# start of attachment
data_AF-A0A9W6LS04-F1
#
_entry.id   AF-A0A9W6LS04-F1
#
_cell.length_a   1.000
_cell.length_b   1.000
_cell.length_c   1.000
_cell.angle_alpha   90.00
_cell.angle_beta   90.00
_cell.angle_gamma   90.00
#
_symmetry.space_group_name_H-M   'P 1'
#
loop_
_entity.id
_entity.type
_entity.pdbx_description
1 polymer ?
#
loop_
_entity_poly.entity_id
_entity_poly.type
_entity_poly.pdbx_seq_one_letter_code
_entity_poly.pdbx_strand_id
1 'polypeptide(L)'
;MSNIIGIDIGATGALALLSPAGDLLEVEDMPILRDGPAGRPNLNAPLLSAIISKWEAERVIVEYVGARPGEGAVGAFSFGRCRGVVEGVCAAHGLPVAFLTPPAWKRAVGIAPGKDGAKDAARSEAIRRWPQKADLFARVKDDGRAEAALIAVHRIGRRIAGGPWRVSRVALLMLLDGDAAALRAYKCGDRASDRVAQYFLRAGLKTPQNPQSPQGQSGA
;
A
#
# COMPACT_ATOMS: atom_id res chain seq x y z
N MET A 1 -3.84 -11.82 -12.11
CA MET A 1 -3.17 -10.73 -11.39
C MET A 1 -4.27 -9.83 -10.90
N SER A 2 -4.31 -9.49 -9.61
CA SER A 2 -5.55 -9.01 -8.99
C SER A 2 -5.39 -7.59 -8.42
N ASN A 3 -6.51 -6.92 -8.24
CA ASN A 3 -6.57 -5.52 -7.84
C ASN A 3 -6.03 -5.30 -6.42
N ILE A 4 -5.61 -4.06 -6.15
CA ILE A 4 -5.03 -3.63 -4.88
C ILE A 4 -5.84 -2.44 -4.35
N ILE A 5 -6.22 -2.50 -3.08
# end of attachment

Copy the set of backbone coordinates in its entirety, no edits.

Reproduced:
data_AF-A0A9W6LS04-F1
#
_entry.id   AF-A0A9W6LS04-F1
#
_cell.length_a   1.000
_cell.length_b   1.000
_cell.length_c   1.000
_cell.angle_alpha   90.00
_cell.angle_beta   90.00
_cell.angle_gamma   90.00
#
_symmetry.space_group_name_H-M   'P 1'
#
loop_
_entity.id
_entity.type
_entity.pdbx_description
1 polymer ?
#
loop_
_entity_poly.entity_id
_entity_poly.type
_entity_poly.pdbx_seq_one_letter_code
_entity_poly.pdbx_strand_id
1 'polypeptide(L)'
;MSNIIGIDIGATGALALLSPAGDLLEVEDMPILRDGPAGRPNLNAPLLSAIISKWEAERVIVEYVGARPGEGAVGAFSFGRCRGVVEGVCAAHGLPVAFLTPPAWKRAVGIAPGKDGAKDAARSEAIRRWPQKADLFARVKDDGRAEAALIAVHRIGRRIAGGPWRVSRVALLMLLDGDAAALRAYKCGDRASDRVAQYFLRAGLKTPQNPQSPQGQSGA
;
A
#
# COMPACT_ATOMS: atom_id res chain seq x y z
N MET A 1 -3.84 -11.82 -12.11
CA MET A 1 -3.17 -10.73 -11.39
C MET A 1 -4.27 -9.83 -10.90
N SER A 2 -4.31 -9.49 -9.61
CA SER A 2 -5.55 -9.01 -8.99
C SER A 2 -5.39 -7.59 -8.42
N ASN A 3 -6.51 -6.92 -8.24
CA ASN A 3 -6.57 -5.52 -7.84
C ASN A 3 -6.03 -5.30 -6.42
N ILE A 4 -5.61 -4.06 -6.15
CA ILE A 4 -5.03 -3.63 -4.88
C ILE A 4 -5.84 -2.44 -4.35
N ILE A 5 -6.22 -2.50 -3.08